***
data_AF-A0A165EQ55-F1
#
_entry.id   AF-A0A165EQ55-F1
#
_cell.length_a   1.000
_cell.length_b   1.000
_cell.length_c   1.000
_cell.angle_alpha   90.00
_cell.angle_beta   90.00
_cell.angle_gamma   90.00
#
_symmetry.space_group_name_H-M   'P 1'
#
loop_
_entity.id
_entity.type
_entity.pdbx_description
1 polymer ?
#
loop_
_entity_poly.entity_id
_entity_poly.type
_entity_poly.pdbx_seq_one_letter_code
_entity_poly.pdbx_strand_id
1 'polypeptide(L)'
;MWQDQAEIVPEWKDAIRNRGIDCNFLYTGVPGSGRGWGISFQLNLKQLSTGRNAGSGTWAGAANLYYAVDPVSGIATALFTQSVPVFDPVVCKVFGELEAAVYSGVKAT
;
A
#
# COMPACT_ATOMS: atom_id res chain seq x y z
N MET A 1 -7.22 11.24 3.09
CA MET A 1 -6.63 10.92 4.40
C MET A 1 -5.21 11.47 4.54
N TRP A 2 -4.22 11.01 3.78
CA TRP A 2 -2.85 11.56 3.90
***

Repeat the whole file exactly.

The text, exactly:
data_AF-A0A165EQ55-F1
#
_entry.id   AF-A0A165EQ55-F1
#
_cell.length_a   1.000
_cell.length_b   1.000
_cell.length_c   1.000
_cell.angle_alpha   90.00
_cell.angle_beta   90.00
_cell.angle_gamma   90.00
#
_symmetry.space_group_name_H-M   'P 1'
#
loop_
_entity.id
_entity.type
_entity.pdbx_description
1 polymer ?
#
loop_
_entity_poly.entity_id
_entity_poly.type
_entity_poly.pdbx_seq_one_letter_code
_entity_poly.pdbx_strand_id
1 'polypeptide(L)'
;MWQDQAEIVPEWKDAIRNRGIDCNFLYTGVPGSGRGWGISFQLNLKQLSTGRNAGSGTWAGAANLYYAVDPVSGIATALFTQSVPVFDPVVCKVFGELEAAVYSGVKAT
;
A
#
# COMPACT_ATOMS: atom_id res chain seq x y z
N MET A 1 -7.22 11.24 3.09
CA MET A 1 -6.63 10.92 4.40
C MET A 1 -5.21 11.47 4.54
N TRP A 2 -4.22 11.01 3.78
CA TRP A 2 -2.85 11.56 3.90